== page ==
20. Oops…1985 was the year I started 9th grade, but I forgot that graduation was actually in 1986. Duh. Math wasn’t my best subject 😉 So I still would have been in school with you Renee – a freshman to your senior. No wonder I think you’re so cool! Seniors are always cool 🙂

  21. Love your photo!
    I had way too strange a childhood and teens to be able to comment properly on this, and I’m also from the UK, so – nope, no graduation from high school for me, and no prom to experience. As for kids now and how they will be once the graduate (all assuming they do), with all the social media and stuff that’s currently around…. I think they’ll still hit the usual adulthood problems, as age itself takes us there eventually, with a partner, kids for those who have them, work, responsibilities. They’ve got used to staying in touch in a much easier way via social networking, but if that were suddenly not there – would they know how to relate to people without it? That’s what I wonder.

    1. They’ve got used to staying in touch in a much easier way via social networking, but — if that were suddenly not there — would they know how to relate to people without it?

      It’s a great question. Studies already show that people are not relating as well in terms of interpersonal relations. There is a new book out called Together Alone. I really want to get my hands on it. I saw one line that piqued my interest. It said that 75% of people would rather apologize via text than in person because it is just so much easier to [apologize] in text. That has me worried a bit.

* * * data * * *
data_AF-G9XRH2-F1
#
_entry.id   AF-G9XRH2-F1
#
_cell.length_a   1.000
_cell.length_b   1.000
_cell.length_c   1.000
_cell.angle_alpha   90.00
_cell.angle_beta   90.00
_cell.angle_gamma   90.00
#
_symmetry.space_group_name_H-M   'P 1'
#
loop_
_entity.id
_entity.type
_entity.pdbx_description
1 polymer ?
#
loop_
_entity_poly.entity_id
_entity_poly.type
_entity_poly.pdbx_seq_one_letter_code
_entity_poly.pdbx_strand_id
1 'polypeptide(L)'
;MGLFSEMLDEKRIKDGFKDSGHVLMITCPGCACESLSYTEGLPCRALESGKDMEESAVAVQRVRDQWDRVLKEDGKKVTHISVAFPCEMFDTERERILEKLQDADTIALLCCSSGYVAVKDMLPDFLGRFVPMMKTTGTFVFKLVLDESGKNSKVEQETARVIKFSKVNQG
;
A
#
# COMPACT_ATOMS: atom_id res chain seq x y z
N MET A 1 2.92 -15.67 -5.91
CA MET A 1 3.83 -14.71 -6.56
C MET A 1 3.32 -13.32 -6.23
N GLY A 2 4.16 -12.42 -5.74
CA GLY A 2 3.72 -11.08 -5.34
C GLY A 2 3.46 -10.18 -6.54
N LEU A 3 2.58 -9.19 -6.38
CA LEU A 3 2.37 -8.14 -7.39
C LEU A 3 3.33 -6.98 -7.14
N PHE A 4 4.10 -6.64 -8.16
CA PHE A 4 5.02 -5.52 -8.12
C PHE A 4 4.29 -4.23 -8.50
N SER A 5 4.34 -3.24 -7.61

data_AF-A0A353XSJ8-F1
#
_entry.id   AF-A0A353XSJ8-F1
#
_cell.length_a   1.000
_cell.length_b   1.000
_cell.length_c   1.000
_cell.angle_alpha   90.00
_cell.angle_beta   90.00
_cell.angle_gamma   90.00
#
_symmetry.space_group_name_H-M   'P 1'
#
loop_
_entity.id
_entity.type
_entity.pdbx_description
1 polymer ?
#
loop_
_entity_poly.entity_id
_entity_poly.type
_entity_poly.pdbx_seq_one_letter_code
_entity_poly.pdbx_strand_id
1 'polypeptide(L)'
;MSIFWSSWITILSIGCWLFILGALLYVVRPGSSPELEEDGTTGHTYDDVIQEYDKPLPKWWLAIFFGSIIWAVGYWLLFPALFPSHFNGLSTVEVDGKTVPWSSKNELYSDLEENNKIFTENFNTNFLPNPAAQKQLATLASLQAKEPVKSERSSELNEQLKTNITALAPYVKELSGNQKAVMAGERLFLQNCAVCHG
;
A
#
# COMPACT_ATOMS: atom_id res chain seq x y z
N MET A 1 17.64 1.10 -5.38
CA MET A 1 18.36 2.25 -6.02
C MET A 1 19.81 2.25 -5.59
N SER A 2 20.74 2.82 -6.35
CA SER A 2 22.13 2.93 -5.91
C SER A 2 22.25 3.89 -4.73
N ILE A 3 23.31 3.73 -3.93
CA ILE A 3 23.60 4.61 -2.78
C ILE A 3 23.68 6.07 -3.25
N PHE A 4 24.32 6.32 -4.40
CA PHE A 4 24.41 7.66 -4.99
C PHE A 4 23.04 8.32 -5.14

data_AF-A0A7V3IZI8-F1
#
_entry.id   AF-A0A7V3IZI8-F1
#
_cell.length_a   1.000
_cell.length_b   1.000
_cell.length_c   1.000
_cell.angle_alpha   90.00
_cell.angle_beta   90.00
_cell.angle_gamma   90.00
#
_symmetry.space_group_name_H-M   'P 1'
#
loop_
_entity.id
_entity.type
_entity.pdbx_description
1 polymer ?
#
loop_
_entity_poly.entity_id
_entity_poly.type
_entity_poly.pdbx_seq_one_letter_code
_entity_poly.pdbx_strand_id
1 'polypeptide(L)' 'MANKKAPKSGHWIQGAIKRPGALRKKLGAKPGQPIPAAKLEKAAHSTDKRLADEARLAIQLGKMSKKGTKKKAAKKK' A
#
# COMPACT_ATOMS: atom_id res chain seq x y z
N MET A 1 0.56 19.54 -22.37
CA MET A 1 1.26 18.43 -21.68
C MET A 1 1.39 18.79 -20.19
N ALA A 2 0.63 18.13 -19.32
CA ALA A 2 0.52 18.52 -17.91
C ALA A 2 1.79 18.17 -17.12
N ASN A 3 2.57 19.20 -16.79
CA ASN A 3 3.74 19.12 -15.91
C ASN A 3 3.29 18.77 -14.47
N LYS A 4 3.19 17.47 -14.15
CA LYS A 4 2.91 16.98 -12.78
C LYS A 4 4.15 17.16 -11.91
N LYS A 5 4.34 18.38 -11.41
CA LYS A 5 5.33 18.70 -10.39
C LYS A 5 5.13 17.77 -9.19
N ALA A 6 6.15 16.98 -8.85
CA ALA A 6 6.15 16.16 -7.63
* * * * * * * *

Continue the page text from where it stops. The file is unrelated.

1. What strikes me more and more these days, though, Renee, is – when our generation (ie, the ‘parents’, even though I’m not one myself) is dead, and the current children’s ways are the norm… will it even matter? I think about how our parents and grandparents felt about our ways when we were young ourselves and I hear the same sort of complaints. How much of what’s happening is technology and how much that it’s not our generation, I wonder?

      2. Hey Val:

        My in-laws just saw the new Woody Allen movie Midnight in Paris where the main character gets to time travel and learns that we all pine for the simpler days of our youth and worry (sometimes obsessively) about the future, but really everyone turns out just fine.

        Like you, I’m pretty sure the future generation will be just as fine and just as flawed as we ever were. 😉

  22. Oh…the 80s! I look back and think about how much fun I had in school, even though I was considered “studious”. I often feel such sadness when I look at my students. They have such pressure to perform, especially when the teachers are pressured to make sure that they score higher and higher with each year. I have shared stories with my students of just playing outside and building forts. They have no concept of being that free…not being tied to technology and using their imagination. I also carried my Atari to school one day. That was entertaining! Try explaining why there is not a remote to the 1985 13in tv! And believe it or not, there are still some of my classmates (small class..only 60 or so) that I have not seen since graduation (1989). Enjoyed your post….brought back memories!

  23. Lovely pic. Your course in “developing a base tan” sounds like something out of Doonesbury.

    Interesting difference you highlighted between then and now. Keeping in touch is so much easier these days – social media etc. In the past, as you said, you just had to face up to moving on and meeting new people. Didn’t mean completely abandoning old mates, but it just wasn’t practical to maintain such regular contact when you were living at opposite ends of the country – or in different countries. Now it’s easy to maintain various circles of friends.

    The downside of that could be that we settle for less – quantity and superficiality or transience rather than quality and depth and investment.

    The upside is that we didn’t get wiped out in a nuclear war. Hooray. All those demonstrations, marches, bloackades, etc must have worked. Or something.